More than 30 people died off Turkey’s coast attempting to reach Greece after two boats capsized. The deaths come as Turkey and Germany agreed to a set of measures to try to tackle the Syrian refugee crisis, including a joint diplomatic initiative aimed at halting attacks against Syria’s largest city.
Turkey’s coast guard said 24 migrants died after their boat capsized in the Bay of Edremit, while four people were rescued. Further south, another 11 people died in a separate boat accident, according to the private Dogan news agency.
The coast guard has launched a search-and-rescue mission, including helicopters, to try to find 14 migrants who are reported to be missing.
The International Organization for Migration says 374 refugees and other migrants have died so far this year while trying to reach Greece.
Merkel ‘horrified’ by suffering in Syria
Turkish Prime Minister Ahmet Davutoglu, right, and German Chancellor Angela Merkel chat during a welcoming ceremony in Ankara, Turkey, on Feb. 8, 2016. (Umit Bektas/Reuters)
German Chancellor Angela Merkel said after talks with Turkish Prime Minister Ahmet Davutoglu that she is “not just appalled but horrified” by the suffering caused by bombing in Syria, primarily by Russia.
Merkel said that Turkey and Germany will push at the United Nations for everyone to keep to a UN resolution passed in December that calls on all sides to halt without delay attacks on the civilian population.
Merkel was in Ankara for talks on how to reduce the influx of migrants into Europe, mostly via a perilous boat crossing from Turkey to Greece.
Merkel is under pressure at home to cut the number of refugee arrivals after nearly 1.1 million people were registered as asylum-seekers in Germany last year.
Turkey for its part is under pressure from the EU to open its border to up to 35,000 Syrians who have massed along the frontier in the past few days fleeing an onslaught by government forces in the city of Aleppo. The Turkish border crossing of Oncupinar, opposite the Syrian Bab al-Salameh gate, remained closed for a fourth day on Monday as Turkish authorities provided assistance to the Syrians at a displaced persons camp nearby.
It was not clear if or when Turkey would let the group in. Turkey, already home to 2.5 million Syrian refugees, says it has reached its capacity to absorb refugees but has indicated that it will continue to take refugees in.
“We are worried that opening the gates will lead to an increase in refugees,” said Burak Kacacaoglu, a spokesman for the non-governmental Islamic charity group IHH. “We are concerned about the air strikes which are increasingly targeting civilian areas. This is what causes refugees.”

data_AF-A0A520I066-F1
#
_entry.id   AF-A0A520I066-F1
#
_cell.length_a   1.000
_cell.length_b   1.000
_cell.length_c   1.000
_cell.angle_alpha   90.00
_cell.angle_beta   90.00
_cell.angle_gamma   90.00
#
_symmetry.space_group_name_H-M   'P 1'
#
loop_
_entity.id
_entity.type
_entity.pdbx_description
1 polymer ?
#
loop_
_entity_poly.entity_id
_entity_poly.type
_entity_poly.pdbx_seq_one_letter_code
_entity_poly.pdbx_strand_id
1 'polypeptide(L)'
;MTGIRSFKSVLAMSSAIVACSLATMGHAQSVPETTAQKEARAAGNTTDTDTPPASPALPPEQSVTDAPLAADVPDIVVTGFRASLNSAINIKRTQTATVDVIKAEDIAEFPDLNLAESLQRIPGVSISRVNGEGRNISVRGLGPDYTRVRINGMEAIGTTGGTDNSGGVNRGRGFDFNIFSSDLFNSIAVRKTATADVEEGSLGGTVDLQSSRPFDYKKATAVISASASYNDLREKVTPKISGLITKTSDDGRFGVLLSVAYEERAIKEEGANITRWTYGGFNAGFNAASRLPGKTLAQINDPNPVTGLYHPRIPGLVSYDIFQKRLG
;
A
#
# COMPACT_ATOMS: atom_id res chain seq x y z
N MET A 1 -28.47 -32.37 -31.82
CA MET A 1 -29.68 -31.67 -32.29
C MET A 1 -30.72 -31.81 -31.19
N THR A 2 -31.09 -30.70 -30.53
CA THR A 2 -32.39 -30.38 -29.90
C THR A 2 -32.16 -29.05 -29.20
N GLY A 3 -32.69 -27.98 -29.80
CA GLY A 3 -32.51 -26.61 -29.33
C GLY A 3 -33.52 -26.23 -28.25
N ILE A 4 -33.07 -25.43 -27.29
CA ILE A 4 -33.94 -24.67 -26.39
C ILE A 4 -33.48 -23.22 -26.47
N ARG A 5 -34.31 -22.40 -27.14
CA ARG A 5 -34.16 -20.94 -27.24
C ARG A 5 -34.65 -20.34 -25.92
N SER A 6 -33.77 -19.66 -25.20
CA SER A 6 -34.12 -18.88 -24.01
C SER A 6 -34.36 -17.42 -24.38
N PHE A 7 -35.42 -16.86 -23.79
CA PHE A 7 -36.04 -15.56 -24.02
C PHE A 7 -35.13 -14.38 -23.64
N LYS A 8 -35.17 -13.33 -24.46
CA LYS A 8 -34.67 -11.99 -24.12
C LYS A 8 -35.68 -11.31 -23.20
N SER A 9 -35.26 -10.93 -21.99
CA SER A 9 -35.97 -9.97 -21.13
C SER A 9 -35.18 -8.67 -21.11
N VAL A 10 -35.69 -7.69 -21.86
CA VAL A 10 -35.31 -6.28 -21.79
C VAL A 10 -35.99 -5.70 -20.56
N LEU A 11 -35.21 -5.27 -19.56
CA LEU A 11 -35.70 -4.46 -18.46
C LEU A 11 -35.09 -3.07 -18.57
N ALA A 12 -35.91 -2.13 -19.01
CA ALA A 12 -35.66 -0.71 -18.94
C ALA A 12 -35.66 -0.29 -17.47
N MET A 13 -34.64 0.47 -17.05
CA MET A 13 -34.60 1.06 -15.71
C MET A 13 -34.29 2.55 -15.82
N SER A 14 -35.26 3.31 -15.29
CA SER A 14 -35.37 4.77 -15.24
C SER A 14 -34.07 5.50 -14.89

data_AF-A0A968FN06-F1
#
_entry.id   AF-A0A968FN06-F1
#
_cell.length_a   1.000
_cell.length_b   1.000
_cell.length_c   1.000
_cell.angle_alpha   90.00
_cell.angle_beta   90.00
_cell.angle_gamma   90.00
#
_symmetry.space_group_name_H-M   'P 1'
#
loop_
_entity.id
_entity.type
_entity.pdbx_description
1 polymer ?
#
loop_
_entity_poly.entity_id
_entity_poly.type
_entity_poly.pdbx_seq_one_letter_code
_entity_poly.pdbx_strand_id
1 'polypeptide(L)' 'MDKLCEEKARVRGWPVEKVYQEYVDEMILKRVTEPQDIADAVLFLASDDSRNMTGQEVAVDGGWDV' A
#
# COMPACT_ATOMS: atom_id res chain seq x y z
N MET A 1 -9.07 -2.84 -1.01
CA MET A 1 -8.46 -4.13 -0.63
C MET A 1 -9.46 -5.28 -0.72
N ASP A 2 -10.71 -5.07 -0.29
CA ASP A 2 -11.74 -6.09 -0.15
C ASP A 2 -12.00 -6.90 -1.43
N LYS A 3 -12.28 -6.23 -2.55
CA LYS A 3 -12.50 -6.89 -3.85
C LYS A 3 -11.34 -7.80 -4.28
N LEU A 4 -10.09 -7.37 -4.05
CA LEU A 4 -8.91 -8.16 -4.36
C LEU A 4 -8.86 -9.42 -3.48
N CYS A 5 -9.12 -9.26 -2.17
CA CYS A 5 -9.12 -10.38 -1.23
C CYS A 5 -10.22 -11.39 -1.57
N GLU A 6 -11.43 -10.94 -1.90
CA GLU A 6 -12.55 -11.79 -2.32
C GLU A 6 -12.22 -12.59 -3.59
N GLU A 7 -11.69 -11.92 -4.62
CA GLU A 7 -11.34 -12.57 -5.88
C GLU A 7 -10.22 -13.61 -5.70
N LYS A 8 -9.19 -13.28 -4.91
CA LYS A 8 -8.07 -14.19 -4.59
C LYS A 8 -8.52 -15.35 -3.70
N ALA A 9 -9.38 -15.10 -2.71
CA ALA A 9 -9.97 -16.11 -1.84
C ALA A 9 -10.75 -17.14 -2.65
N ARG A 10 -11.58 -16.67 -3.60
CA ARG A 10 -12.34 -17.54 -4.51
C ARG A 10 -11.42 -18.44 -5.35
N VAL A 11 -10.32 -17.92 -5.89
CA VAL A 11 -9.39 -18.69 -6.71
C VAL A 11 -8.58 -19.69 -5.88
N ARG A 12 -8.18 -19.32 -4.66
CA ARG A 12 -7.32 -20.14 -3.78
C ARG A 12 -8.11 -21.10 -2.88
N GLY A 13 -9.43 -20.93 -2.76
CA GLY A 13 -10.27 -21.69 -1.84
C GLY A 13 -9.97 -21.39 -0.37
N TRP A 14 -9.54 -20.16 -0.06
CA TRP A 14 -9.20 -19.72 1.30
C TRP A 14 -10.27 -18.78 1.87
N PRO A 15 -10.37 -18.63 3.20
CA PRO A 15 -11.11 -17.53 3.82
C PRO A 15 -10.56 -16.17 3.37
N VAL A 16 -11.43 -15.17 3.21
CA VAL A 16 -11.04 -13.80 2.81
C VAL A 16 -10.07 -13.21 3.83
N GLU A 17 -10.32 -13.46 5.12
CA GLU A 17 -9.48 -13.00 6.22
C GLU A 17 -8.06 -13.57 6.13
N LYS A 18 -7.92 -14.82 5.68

Aleppo ‘de facto under siege’
Davutoglu said Aleppo “is de facto under siege. We are on the verge of a new human tragedy.”
Turkish police officers guard the closed Turkish border crossing with Syria in the outskirts of the town of Kilis on Monday. Turkey is under pressure from the EU to open its border to up to 35,000 Syrians who have massed along the frontier in the past few days. (Lefteris Pitarakis/Associated Press)
“No one should excuse or show tolerance toward the Russian air attacks that amounts to ethnic massacres by saying ‘Turkey takes care of the Syrian refugees anyway,”‘ Davutoglu said. “No one can expect Turkey to take on the burden on its own.”
Davutoglu said he and Merkel had agreed that an emergency aid group from the two countries would help supply the Syrian refugees at the border.
He added that they would be allowed in to Turkey “when necessary,” without elaborating.
Merkel said the two leaders also discussed how to combine the work of Turkey’s coast guard with that of the EU’s Frontex border agency.
Call for EU quotas
Merkel stuck to her insistence that Europe will need to accept “quotas” of refugees arriving by legal channels as part of “burden-sharing,” and that the system needs to be worked out soon. She said that “we can’t expect of Turkey that it stops everything on the one hand, and on the other hand say we’ll talk about the quotas half a year from now.”
Merkel pointed to the 3 billion euros the EU already has promised to Turkey and pledged to get the money flowing quickly.”
Syrians line up as they wait to cross into Syria at Oncupinar border crossing in Kilis on Monday. (Osman Orsal/Reuters)
Turkey agreed in November to fight smuggling networks and help curb irregular migration. In return, the EU pledged 3 billion euros ($3.3 billion US) to help improve the condition of refugees, and to grant political concessions to Turkey, including an easing of visa restrictions and the fast-tracking of its EU membership process.
Turkey has since started to require Syrians arriving from third countries to apply for visas, in a bid to exclude those who aim to continue on to Greece.
Turkey has also agreed to grant work permits to Syrians as an incentive for them to stay in Turkey, and has announced plans to increase coast guards’ capabilities and designate human smuggling as a form of organized crime — which would bring stiffer punishments.